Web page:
Focusing on Depression in the Workplace

Employees experiencing a mental illness require a workplace that they feel supported, valued and understood. 

According to the 2007 National Survey of Mental Health and Wellbeing (SMHWB), 1 in 5 Australians (20%) aged 16-85 years experience a mental health illness in any one-year period. The most common mental illnesses are depressive disorders, anxiety, and substance use disorders with depression specifically accounting for 4.1% of the population. In addition to this, depression is the number one cause of non-fatal disability in Australia.

What is depression?

Depression, or otherwise, Major Depressive Disorder, is a mood disorder where a person experiences a clinically specified cluster of the below symptoms, almost every day for most of the time, for a period longer than 2 weeks, and that which starts to impact their capacity to complete one or many areas of their normal functioning. The symptoms of depression can be grouped in to the following:

Mood: tearfulness, low or flat mood, irritableness.

Behaviour: Low motivation, loss of interest and pleasure in previously enjoyed activities, difficulty concentrating or remembering things, withdrawal from social activities or occupational activities.

Thoughts: indecisiveness, feelings of worthlessness or excessive /inappropriate guilt, recurrent thoughts of death, suicidal thoughts, ideation or intent.

Physical: fatigue, weight loss or gain, physical slowing of motor movements.

What causes depression?

There are many different factors which can lead to depression, but genetic and family psychiatric history, other pre-existing mental illnesses, childhood or previous trauma, medication, drugs and alcohol and medical conditions can all contribute to making an individual more vulnerable to depression or depressive symptomology.

Recent negative experiences or life stressors, negative personal reflections or unhelpful ways of thinking may all lead to experiencing depression.

What does depression look like in the workplace?

One of the key components to look for is any change in behaviour patters from what was usual for the employee.

Common signs might be changes in their usual productivity, forgetfulness, loss of interest and motivation, lack of attention given to appearance and presentation, reports of difficulty concentrating, withdrawal from social activities or self- isolation, difficulty with time or workload management, unexplained absences, increasing number of errors in work, and more obviously low, flat mood or tearfulness.

Though these signs may not be exclusive to depression and could be a result of any number of personal issues, if they do persist over an extended period of time, it should prompt non-judgemental checking in, and support from managing supervisor or a colleague.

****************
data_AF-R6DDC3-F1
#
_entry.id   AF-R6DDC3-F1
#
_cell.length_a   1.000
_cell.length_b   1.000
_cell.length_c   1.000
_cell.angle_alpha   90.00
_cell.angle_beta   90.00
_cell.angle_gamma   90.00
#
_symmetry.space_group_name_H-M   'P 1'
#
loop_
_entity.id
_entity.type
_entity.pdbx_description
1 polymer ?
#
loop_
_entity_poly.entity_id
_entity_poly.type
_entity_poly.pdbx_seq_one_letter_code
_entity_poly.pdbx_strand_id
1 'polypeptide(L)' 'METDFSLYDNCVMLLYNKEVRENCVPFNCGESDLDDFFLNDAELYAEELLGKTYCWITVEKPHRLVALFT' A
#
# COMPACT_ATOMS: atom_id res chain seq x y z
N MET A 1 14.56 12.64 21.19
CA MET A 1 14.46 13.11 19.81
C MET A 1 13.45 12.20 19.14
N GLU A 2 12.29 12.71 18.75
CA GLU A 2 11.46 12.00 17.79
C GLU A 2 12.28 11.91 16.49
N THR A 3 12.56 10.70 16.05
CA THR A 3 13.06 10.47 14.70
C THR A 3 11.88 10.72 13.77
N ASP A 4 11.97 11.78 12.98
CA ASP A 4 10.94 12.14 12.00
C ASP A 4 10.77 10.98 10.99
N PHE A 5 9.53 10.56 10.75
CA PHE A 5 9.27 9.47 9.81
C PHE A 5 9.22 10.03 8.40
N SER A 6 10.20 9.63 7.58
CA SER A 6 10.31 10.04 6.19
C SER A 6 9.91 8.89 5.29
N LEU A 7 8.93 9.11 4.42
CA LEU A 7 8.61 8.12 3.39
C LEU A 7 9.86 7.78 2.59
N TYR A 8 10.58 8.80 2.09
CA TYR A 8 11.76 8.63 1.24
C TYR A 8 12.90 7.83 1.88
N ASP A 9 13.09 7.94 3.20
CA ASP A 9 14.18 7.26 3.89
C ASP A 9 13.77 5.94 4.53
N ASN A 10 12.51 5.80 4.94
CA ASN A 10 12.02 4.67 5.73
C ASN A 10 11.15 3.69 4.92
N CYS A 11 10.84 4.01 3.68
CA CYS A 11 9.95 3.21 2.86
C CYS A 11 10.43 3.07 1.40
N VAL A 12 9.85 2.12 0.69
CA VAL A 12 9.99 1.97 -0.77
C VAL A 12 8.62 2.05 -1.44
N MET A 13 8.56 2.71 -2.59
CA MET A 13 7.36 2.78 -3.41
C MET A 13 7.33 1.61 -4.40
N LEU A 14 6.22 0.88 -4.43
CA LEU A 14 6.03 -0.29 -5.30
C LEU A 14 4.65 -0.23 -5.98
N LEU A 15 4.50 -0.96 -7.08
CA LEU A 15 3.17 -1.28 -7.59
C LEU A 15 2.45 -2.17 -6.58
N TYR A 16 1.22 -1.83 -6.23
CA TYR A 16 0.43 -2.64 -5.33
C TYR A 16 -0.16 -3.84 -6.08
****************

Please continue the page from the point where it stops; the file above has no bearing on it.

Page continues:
Ways to help employees with depression

The first step of helping employees with depression, or with any mental illness, is to create a healthy work environment.

Creating mental health awareness in the workplace and educating staff is important to creating an environment where employees feel accepted, safe and comfortable to approach their colleagues or managers when experiencing any mental health concerns. Offering mental health and safety workshops, providing easily accessible self-help or other tips and resources and encouraging mental health discussions to take place are a few good examples of engaging in this process.

Support your employees in engaging in a balanced lifestyle. Encourage employees to bring healthy packed lunches, providing free fruit instead of chocolate or lollies, encourage employees to take their designated breaks, go on walks during lunchbreaks, and have lunch away from their desks.

If you have noticed an employee experience difficulty or changes in their behaviour, let them know you are available to chat, ask them if they need any support, and subsequently check-in with them at an appropriate time over the next few days. These discussions should be non-judgemental, and conducted with genuine interest in making the employee feel valued, remembered and important.

A referral or recommendation to seek out Employee Assistance Program (EAP) for confidential counselling or alternatively encouraging consultation with their medical provider or health professional are also helpful ways to start the process for the employee.

If you would like to have a discussion with GB about what action plans are available to improve the mental health and wellbeing of your workplace, contact us today.

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